If u happen to be a Linux user, you might, at the very least be familiar with the Desktop environments: GNOME, KDE, LXDE or XFCE. Also, you might have come across the names OpenBox, X Window System and Window Maker, and perhaps an implementation of more than one of these together, e.g. ‘Gnome/OpenBOX.’
Now the Question is, If they are all UIs, what exactly is the difference? And how can they all be working together at the same time? Because despite how similar they seem, each serves a totally different purpose.
To explain this, I’d take the example of layers. Imagine a stack of, let’s say, papers. The Stack represents a GUI Linux OS, and every individual sheet of paper represents a different component. Now assuming that the bottom section is dedicated to the GUI Components, the layer at the very bottom of this section would represent the X-Window System. It like forms the base of the GUI, and displays the information in a graphical way. Above the X, is a Window Manager, i.e. assuming, OpenBox. This Window Manager, as it’s name states, helps you manage them open windows. Menus, Taskbars, managing the look and feel, e.t.c. could be examples of what it might offer. Now a Window System, the X, may offer some of the functionality of a Window Manager, but still, they are two different things. In Simple words, a Window manager only enhances the Windows System.
Now the Desktop Environments are a bundle of Applications and tools, with their own UI, and built on some Window Manager, that provide the user with the essentials like a File Manager, Text editor, Browser, e.t.c.
Now to sum it all up, take the example of UbuntuGnome. The Ubuntu Gnome uses the X Windows System as the display server, but on top of it is the Openbox, and the Desktop environment is Gnome, which comes with its own set of Applications like the Nautilus File Manager, Gedit(text-editor), Rhythmbox Music Player, e.t.c.
Couple of days back, Microsoft announced the ‘coming’ of the new Microsoft Surface 2 and the Surface Pro 2; the former being the successor to Surface RT, while the latter of course succeeds the Surface Pro.
So, what else did Microsoft say about the two? and what new features do they pack?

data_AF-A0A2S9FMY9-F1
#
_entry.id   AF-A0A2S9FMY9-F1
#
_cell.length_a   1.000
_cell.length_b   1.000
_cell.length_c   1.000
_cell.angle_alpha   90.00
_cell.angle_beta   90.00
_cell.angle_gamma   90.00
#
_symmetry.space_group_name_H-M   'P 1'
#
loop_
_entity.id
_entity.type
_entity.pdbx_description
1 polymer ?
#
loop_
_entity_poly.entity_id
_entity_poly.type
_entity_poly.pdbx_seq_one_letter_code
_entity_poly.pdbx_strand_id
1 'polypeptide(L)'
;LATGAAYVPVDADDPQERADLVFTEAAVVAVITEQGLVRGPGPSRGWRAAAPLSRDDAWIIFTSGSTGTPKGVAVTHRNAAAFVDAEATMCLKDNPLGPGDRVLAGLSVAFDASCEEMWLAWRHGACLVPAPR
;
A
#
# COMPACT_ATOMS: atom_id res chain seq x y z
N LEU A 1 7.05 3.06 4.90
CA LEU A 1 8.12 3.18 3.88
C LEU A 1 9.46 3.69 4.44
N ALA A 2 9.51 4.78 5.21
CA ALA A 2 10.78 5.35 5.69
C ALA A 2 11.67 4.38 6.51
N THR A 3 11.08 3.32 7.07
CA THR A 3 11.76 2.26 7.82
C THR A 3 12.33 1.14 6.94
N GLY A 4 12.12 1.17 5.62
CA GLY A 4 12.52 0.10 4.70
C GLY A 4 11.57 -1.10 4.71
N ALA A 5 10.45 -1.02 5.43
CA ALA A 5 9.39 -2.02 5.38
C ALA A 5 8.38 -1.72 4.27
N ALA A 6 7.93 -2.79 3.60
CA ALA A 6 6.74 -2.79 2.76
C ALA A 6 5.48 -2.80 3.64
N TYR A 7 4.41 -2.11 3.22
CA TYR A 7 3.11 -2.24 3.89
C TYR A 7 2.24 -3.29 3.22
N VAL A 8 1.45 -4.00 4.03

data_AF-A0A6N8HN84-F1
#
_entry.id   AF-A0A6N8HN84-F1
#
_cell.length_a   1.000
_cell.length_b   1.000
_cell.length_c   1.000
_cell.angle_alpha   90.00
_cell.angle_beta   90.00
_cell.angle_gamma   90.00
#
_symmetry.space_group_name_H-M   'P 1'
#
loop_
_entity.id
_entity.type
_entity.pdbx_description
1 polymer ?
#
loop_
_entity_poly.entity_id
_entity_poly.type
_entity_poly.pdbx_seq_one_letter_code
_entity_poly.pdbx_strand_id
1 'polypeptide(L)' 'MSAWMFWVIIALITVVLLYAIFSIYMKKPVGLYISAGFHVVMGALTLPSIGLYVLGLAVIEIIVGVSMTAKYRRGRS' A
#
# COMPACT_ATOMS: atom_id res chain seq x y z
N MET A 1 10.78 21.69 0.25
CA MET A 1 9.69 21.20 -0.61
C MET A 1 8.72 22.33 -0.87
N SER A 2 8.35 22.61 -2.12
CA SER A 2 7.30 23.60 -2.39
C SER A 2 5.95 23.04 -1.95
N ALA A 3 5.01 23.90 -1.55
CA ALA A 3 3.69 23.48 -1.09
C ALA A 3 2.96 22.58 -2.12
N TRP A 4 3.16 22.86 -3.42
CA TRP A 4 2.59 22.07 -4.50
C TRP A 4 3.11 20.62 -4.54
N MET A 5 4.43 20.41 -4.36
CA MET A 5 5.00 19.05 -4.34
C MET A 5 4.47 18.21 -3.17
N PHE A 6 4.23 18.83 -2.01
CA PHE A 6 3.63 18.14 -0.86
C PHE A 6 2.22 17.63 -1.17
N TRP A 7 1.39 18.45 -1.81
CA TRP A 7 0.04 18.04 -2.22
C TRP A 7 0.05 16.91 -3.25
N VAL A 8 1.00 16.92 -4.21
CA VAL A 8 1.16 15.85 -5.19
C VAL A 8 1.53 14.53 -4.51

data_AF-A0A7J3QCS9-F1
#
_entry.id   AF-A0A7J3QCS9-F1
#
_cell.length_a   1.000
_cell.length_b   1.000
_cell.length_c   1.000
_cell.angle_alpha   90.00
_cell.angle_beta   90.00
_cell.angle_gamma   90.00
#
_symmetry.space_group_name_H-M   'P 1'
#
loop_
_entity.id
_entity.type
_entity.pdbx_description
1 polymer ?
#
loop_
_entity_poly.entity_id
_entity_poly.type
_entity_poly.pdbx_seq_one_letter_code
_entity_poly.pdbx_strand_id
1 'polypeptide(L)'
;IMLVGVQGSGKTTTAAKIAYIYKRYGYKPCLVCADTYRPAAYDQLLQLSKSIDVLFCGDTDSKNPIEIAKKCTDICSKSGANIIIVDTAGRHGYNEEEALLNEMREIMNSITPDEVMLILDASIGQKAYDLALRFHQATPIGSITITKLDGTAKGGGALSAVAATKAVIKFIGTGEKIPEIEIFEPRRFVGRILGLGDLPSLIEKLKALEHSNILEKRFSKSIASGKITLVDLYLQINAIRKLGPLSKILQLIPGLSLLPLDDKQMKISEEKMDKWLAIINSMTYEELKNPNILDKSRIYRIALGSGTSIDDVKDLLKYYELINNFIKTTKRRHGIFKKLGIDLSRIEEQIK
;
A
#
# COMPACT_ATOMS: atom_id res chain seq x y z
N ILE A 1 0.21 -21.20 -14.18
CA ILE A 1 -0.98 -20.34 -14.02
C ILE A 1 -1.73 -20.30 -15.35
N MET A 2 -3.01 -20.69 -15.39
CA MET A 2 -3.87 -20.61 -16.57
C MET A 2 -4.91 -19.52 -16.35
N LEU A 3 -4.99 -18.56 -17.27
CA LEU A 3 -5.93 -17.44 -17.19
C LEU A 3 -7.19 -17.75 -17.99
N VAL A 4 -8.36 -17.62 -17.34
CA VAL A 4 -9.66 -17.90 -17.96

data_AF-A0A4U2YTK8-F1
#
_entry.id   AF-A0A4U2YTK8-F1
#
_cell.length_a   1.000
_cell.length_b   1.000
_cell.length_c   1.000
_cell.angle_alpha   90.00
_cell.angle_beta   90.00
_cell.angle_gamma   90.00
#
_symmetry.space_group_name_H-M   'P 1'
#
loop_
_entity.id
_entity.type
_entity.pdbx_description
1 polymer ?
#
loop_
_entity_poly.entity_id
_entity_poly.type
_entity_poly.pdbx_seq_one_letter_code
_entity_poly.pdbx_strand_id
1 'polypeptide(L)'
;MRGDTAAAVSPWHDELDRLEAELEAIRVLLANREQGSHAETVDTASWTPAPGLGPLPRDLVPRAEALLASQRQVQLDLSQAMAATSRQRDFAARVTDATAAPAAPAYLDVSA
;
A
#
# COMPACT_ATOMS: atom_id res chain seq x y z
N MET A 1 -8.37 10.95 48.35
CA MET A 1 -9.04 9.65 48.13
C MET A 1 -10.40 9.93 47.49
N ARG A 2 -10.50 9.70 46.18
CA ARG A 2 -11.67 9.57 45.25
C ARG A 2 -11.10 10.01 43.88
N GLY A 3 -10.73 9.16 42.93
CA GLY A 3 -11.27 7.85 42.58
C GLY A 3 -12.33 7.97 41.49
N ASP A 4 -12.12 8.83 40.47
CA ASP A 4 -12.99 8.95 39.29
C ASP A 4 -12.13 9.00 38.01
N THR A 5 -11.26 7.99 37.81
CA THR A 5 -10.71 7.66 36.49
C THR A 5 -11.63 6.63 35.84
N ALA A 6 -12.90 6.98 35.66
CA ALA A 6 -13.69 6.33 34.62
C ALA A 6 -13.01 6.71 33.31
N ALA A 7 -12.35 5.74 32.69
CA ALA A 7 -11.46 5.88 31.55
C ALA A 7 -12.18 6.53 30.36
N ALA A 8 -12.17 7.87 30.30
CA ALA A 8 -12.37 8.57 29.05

First off, to the new and similar ‘features’. Both of them now come with a, what they call, “dual-angle Kickstand” , that can be adjusted to meet your requirements, so called improvements in battery life, ‘faster’ ‘than ever before,’ HD Screens, and support for USB 3.0. With both, you get about 200GB on SkyDrive free for 2 years, along with an year of ‘unlimited free voice calling to landlines in over 60 countries’, and ‘free Skype Wi-Fi at over 2 million hotspots worldwide.’
Now to the DIfferences.
The Surface 2 comes pre-installed with Windows RT, and touch optimized Office RT, to which, the addition of Outlook has been made. Battery life of about 10 hours, and the NVIDIA Tegra 4 processor ensure that you work ‘faster’ and ‘longer’ 😛
The Pro 2 would come with Windows 8.1, packs an Intel Core i5 Processor, and about 512GB of Storage. They also say that they’ve ‘taken advantage of the latest processor technology to provide longer battery life on a single charge.’ Apart from that, it has its own stylus i.e. the Pro Pen, and a ‘ brilliant 1080p widescreen display.’
Accessories include a Docking Station, Wireless adapter for type-covers, the touch/type-covers of course, and the Surface Music Kit (similar to the covers), an Arc Touch Mouse, and a car charger.
With the passage of time, as ‘everything is moving to the cloud’ (pardon my excessive use of this quote, but it does really sum things up), the use of cloud storage is becoming common, and there are dozens of such services on the cloud each with its own uniquity, now the questions that arise are, “which one of them is the best?” “which one should i go for?” “can we really trust them with our data?” e.t.c. So, in this post, I’m going to talk a bit about the most popular (or at least the ones i prefer) cloud services on the web.
Microsoft’s Skydrive(formerly Windows Live Folders): Microsoft’s own cloud, that offers about 7GB of free storage. Apps are available for Windows, MacOSX and Mobile Devices i.e. Android and iOS. These apps are well integrated once you fully install them and do offer a Sync feature, but the best thing about SkyDrive is that it serves well as both: “access-through-browser” service and when installed, it can sync files between your PC and SkyDrive very well too. The Web Interface is what most people love about Skydrive, and you can also create and to some extent, edit documents e.t.c. It has this own great photo viewer, e.t.c. So on the whole, Skydrive isn’t too bad.
Google Drive: Taking into account the factors stated in the description of skydrive, Google Drive is perhaps the only other such service that’s in any way close to Skydrive. Google however offers 15GB, and, the photos and documents don’t take up storage space on the google drive, so it doesn’t really matter, and in fact, the later feature is good. About the Document thing, they can be created through Google Docs. Interface is good and clean and it too offers applications so that you can sync between PC and Drive.
Ubuntu One: Ubuntu One, my favorite, unlike the above two, has apps for all three platforms, offers 5GB of Storage and has an awesome Sync. Despite how lame the phrase ‘awesome Sync’ sounds, i really mean it. I never really could ever make efficient use of cloud services until i tried Ubuntu One. Google Drive can be troublesome when installing and Skydrive’s Sync features were kinda limited to special folders back then, and neither offered the speed and everything that Ubuntu One did. It merely flows, but the major drawback about it is that the Web interface doesn’t really go beyond listing the files and offering a few basic features like ‘delete’ and ‘download.’ And you might find that it doesn’t run as smooth on Windows as it does on Ubuntu itself, but then that’s what it was made for.